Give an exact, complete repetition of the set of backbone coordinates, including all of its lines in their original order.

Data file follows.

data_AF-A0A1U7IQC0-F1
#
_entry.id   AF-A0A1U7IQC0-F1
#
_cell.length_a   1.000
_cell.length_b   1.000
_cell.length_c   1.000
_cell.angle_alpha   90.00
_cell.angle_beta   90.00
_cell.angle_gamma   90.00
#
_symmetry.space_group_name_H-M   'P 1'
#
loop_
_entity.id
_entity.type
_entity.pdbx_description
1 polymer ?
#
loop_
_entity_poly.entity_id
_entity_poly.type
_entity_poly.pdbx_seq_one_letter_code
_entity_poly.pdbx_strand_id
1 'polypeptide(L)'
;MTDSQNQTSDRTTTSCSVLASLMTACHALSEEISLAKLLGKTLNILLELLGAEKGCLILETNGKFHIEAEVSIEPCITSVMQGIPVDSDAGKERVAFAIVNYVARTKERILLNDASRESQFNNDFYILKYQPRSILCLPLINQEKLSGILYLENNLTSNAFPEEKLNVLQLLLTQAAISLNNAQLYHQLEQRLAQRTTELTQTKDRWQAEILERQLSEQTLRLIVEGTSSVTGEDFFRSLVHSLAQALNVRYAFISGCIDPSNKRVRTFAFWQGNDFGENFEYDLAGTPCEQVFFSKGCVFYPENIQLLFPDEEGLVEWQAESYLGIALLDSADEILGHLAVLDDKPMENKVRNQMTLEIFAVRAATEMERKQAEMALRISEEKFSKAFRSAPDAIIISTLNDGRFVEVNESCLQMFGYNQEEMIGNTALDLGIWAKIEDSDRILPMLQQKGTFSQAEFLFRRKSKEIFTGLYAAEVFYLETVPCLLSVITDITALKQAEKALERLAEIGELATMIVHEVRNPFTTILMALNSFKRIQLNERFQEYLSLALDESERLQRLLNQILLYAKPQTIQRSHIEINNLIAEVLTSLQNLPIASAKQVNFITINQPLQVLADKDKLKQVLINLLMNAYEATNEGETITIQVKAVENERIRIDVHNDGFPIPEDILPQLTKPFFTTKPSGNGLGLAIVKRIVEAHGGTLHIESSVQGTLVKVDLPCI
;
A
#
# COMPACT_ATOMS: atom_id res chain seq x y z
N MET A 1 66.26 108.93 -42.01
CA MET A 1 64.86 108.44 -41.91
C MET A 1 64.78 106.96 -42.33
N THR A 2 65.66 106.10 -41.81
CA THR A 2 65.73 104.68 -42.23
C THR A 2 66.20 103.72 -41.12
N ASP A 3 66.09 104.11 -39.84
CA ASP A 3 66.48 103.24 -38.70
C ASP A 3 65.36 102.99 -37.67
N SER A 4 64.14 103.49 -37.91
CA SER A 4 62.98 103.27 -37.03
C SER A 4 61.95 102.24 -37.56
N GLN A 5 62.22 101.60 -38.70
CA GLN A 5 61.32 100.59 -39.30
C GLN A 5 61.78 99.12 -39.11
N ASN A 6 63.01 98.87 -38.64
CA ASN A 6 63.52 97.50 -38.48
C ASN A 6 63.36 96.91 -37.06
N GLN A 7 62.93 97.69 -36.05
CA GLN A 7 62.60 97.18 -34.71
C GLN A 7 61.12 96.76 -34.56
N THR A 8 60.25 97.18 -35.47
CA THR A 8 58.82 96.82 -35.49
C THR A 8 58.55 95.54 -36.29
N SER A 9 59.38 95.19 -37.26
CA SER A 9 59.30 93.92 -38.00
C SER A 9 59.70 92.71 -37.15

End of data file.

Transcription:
data_AF-A0A1U7IQC0-F1
#
_entry.id   AF-A0A1U7IQC0-F1
#
_cell.length_a   1.000
_cell.length_b   1.000
_cell.length_c   1.000
_cell.angle_alpha   90.00
_cell.angle_beta   90.00
_cell.angle_gamma   90.00
#
_symmetry.space_group_name_H-M   'P 1'
#
loop_
_entity.id
_entity.type
_entity.pdbx_description
1 polymer ?
#
loop_
_entity_poly.entity_id
_entity_poly.type
_entity_poly.pdbx_seq_one_letter_code
_entity_poly.pdbx_strand_id
1 'polypeptide(L)'
;MTDSQNQTSDRTTTSCSVLASLMTACHALSEEISLAKLLGKTLNILLELLGAEKGCLILETNGKFHIEAEVSIEPCITSVMQGIPVDSDAGKERVAFAIVNYVARTKERILLNDASRESQFNNDFYILKYQPRSILCLPLINQEKLSGILYLENNLTSNAFPEEKLNVLQLLLTQAAISLNNAQLYHQLEQRLAQRTTELTQTKDRWQAEILERQLSEQTLRLIVEGTSSVTGEDFFRSLVHSLAQALNVRYAFISGCIDPSNKRVRTFAFWQGNDFGENFEYDLAGTPCEQVFFSKGCVFYPENIQLLFPDEEGLVEWQAESYLGIALLDSADEILGHLAVLDDKPMENKVRNQMTLEIFAVRAATEMERKQAEMALRISEEKFSKAFRSAPDAIIISTLNDGRFVEVNESCLQMFGYNQEEMIGNTALDLGIWAKIEDSDRILPMLQQKGTFSQAEFLFRRKSKEIFTGLYAAEVFYLETVPCLLSVITDITALKQAEKALERLAEIGELATMIVHEVRNPFTTILMALNSFKRIQLNERFQEYLSLALDESERLQRLLNQILLYAKPQTIQRSHIEINNLIAEVLTSLQNLPIASAKQVNFITINQPLQVLADKDKLKQVLINLLMNAYEATNEGETITIQVKAVENERIRIDVHNDGFPIPEDILPQLTKPFFTTKPSGNGLGLAIVKRIVEAHGGTLHIESSVQGTLVKVDLPCI
;
A
#
# COMPACT_ATOMS: atom_id res chain seq x y z
N MET A 1 66.26 108.93 -42.01
CA MET A 1 64.86 108.44 -41.91
C MET A 1 64.78 106.96 -42.33
N THR A 2 65.66 106.10 -41.81
CA THR A 2 65.73 104.68 -42.23
C THR A 2 66.20 103.72 -41.12
N ASP A 3 66.09 104.11 -39.84
CA ASP A 3 66.48 103.24 -38.70
C ASP A 3 65.36 102.99 -37.67
N SER A 4 64.14 103.49 -37.91
CA SER A 4 62.98 103.27 -37.03
C SER A 4 61.95 102.24 -37.56
N GLN A 5 62.22 101.60 -38.70
CA GLN A 5 61.32 100.59 -39.30
C GLN A 5 61.78 99.12 -39.11
N ASN A 6 63.01 98.87 -38.64
CA ASN A 6 63.52 97.50 -38.48
C ASN A 6 63.36 96.91 -37.06
N GLN A 7 62.93 97.69 -36.05
CA GLN A 7 62.60 97.18 -34.71
C GLN A 7 61.12 96.76 -34.56
N THR A 8 60.25 97.18 -35.47
CA THR A 8 58.82 96.82 -35.49
C THR A 8 58.55 95.54 -36.29
N SER A 9 59.38 95.19 -37.26
CA SER A 9 59.30 93.92 -38.00
C SER A 9 59.70 92.71 -37.15